John Stones has lifted the lid on adapting to City life, his ambitions for club and country and those touchline chats with Pep.
It’s been a meteoric rise for the Barnsley-born 22 year-old who’s footballing career has already taken him from Tyke to Toffee to Cityzen in the space of just five years.
“A lot has changed but then not a lot has changed” explains the defender.
“I’ve had a change of club, a change of scenery but I’m just enjoying my football which is key for any player. I’ve been enjoying my football for years and it’s just progressed and moved on quite a bit from Barnsley. It’s been a great journey and England-wise as well. I’m just enjoying the new challenges that come.”
Stones’ record move to the Etihad was one of the transfer sagas of the summer window, but has it brought with it an additional weight of expectation?
“It doesn’t bring any pressure to me. It’s not down to the player. I feel privileged to have been bought for that amount of money but at the end of the day it’s what the two clubs agreed – I can’t do anything about that other than thank Man City for allowing me this opportunity and Everton for all that they did for me and allowing me to further my career. It’s as simple as that. Knowing what you’re doing day in day out and trying to keep improving is all you can do really.”
Just seven games into his City career and the centre back has already put in some standout performances under the guidance of Pep Guardiola, but John is taking it all in his stride.
“It’s been amazing. From the first day, not only him but his staff and all the boys, training and playing games and learning everything every day. There’s a lot to take in in the first week with a new environment but it’s the little things that take a while to sink in and get your head around. But when you’re on the training pitch and working you’re at ease and trying to take everything into the games to try and win them. That’s what every player wants to do.”
A regular feature of City games under the stewardship of Guardiola has been the touchline chats between Stones and his new boss during breaks in play, and as the England man explains, they’re are all part of the masterplan.
“(Pep) is talking to me about the opposition, how they’re playing. I suppose it’s easier for me to run over than a midfielder or a striker and I can then tell everyone from there. It’s just little details in games that are good to pass on. It’s all about how we can beat the opposition and that’s what they’re trying to do to us as well. Little formation changes or how we can beat a certain system.”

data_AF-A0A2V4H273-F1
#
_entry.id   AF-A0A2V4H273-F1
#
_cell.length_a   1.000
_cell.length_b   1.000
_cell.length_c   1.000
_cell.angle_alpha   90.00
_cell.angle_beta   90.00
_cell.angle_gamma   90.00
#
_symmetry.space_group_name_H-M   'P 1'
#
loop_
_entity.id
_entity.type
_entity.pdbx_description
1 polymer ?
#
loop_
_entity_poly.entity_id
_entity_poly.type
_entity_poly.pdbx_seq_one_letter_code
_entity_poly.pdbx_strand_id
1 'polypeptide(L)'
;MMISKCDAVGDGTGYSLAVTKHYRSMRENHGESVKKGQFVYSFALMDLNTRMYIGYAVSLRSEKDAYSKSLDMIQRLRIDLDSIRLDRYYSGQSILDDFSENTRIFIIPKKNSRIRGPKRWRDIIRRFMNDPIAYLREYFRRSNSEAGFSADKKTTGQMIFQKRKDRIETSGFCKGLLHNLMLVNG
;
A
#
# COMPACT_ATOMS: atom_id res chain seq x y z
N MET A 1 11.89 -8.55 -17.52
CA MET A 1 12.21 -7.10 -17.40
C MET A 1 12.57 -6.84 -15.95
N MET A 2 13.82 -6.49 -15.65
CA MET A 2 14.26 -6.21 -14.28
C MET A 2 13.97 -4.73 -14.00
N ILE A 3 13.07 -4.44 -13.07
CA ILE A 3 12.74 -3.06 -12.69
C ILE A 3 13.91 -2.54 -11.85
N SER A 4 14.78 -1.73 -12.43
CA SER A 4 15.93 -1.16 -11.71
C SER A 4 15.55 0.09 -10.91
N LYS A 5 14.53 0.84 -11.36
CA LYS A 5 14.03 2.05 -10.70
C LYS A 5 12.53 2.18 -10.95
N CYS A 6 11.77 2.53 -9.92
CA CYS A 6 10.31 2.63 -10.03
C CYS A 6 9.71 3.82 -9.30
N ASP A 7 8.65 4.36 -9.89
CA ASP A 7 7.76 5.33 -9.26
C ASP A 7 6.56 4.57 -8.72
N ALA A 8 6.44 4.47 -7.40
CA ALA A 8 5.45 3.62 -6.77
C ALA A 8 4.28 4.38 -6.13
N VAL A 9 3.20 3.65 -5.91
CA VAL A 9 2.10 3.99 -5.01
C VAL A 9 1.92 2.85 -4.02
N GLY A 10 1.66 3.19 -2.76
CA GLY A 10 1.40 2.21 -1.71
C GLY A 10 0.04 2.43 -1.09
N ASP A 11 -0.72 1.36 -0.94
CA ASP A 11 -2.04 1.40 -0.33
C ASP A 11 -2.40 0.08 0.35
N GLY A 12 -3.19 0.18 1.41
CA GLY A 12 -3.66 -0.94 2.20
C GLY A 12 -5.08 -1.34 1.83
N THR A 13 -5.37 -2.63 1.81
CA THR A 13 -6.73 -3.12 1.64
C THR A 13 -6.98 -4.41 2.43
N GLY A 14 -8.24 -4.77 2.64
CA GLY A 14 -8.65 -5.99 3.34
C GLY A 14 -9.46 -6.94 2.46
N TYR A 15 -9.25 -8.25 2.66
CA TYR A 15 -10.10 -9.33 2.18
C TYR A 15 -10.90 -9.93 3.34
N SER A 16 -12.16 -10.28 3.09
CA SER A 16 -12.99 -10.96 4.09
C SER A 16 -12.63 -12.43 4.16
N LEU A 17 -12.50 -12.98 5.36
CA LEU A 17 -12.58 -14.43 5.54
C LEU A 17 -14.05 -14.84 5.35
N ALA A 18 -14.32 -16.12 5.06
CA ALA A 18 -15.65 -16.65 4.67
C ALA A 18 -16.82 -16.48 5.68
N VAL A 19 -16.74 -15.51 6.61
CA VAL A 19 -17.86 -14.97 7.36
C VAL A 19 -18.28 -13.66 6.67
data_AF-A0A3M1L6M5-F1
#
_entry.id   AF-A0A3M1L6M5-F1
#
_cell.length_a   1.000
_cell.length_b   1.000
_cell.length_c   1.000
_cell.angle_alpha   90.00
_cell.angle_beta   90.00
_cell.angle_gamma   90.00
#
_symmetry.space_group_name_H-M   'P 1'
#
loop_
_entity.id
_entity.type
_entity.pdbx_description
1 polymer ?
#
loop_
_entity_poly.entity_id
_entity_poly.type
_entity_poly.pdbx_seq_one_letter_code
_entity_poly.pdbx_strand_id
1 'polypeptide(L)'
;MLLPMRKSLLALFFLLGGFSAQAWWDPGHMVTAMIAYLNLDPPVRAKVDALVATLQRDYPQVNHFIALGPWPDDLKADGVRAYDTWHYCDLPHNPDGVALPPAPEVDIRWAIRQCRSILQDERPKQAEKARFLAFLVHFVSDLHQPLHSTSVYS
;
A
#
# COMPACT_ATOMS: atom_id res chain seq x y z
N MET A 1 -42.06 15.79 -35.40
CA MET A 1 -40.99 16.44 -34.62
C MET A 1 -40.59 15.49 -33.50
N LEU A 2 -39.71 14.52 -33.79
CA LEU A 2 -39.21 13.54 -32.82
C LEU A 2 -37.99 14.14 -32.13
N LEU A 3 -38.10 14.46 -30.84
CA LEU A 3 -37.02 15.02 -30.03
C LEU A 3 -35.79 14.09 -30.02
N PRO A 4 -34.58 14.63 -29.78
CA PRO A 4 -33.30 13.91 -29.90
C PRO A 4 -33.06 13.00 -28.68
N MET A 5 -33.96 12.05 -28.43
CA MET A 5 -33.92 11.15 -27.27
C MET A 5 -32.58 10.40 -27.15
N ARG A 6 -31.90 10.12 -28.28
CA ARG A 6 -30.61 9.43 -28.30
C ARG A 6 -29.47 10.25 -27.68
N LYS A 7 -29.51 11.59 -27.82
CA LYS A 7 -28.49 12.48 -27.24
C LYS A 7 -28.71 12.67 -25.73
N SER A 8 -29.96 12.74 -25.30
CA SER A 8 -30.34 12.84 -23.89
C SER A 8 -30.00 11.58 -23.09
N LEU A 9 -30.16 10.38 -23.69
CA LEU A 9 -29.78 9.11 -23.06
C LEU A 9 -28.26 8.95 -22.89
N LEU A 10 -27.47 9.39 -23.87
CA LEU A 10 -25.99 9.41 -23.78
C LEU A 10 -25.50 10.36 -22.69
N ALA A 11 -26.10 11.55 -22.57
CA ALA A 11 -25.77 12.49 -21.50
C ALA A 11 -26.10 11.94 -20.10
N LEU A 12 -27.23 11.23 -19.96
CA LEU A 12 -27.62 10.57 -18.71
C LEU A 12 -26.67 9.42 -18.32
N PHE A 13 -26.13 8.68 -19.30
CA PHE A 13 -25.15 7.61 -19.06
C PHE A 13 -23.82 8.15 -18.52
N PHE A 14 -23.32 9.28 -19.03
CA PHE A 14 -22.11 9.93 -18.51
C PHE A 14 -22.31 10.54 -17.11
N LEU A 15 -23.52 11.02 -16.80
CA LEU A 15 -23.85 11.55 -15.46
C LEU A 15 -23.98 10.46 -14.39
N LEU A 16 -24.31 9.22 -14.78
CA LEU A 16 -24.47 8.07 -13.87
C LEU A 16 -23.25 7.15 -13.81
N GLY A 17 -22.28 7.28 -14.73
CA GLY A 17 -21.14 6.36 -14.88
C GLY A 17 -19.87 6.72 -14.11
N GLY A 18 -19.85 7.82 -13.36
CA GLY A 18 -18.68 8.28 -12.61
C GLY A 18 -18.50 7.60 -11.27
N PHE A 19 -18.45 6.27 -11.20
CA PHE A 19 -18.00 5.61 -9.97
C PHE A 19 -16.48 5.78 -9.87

The ambitious Yorkshireman has also set his sights on being a future skipper at the Etihad.
“I’d like to be captain one day. Every player wants to be captain of their team and to do so for years to come. It’s a privileged position to be in to captain your club and country. These are dreams you dream about when you’re a little boy. You have to deserve the right to be captain but I’d love to be one day and I’ll keep working hard to try to be.”
A characteristic of City’s good work in the opening weeks of the season has been the clear dynamic and togetherness within the camp, and as Stones explains, this is going to be crucial for a successful campaign.
“We’re working hard in training to get on the same page. Everyone around me is vital for me. It’s not a one-man game. They’re all helping me out and it’s great to know that players are always wanting the ball off you, making angles and doing all these things that you put the hard hours on the training ground to take into a Saturday or whenever you’re playing the opposition.”
A new club to settle into and a new goalkeeper to play in front of; Stones shares insight into the impact Claudio Bravo will have on City’s approach.
“It’s good for me knowing I can give him the ball and he’s comfortable within himself to create a pass or make the right decision to clear it up the pitch sometimes. That’s how football is. They can press you high and you’ve got to go long some times. We’re learning that the more games we play and the more times we play with each other.”
With 34 league games and at least five more European clashes to come, we’ve only just scratched the surface on the 2016/17 campaign but what can the Blues achieve this season?
“That’s down to us. It’s in our hands. With every game we go into we’re our biggest downfall I suppose. Every team is because the minute you switch off you’re going to get punished in the Premier League. It’s how it is. Every team is good, there is no easy game and you have to show everyone respect. That’s where we’ll be mentally focused going into every game as we have done so far and we want to carry that on into the rest of the games.”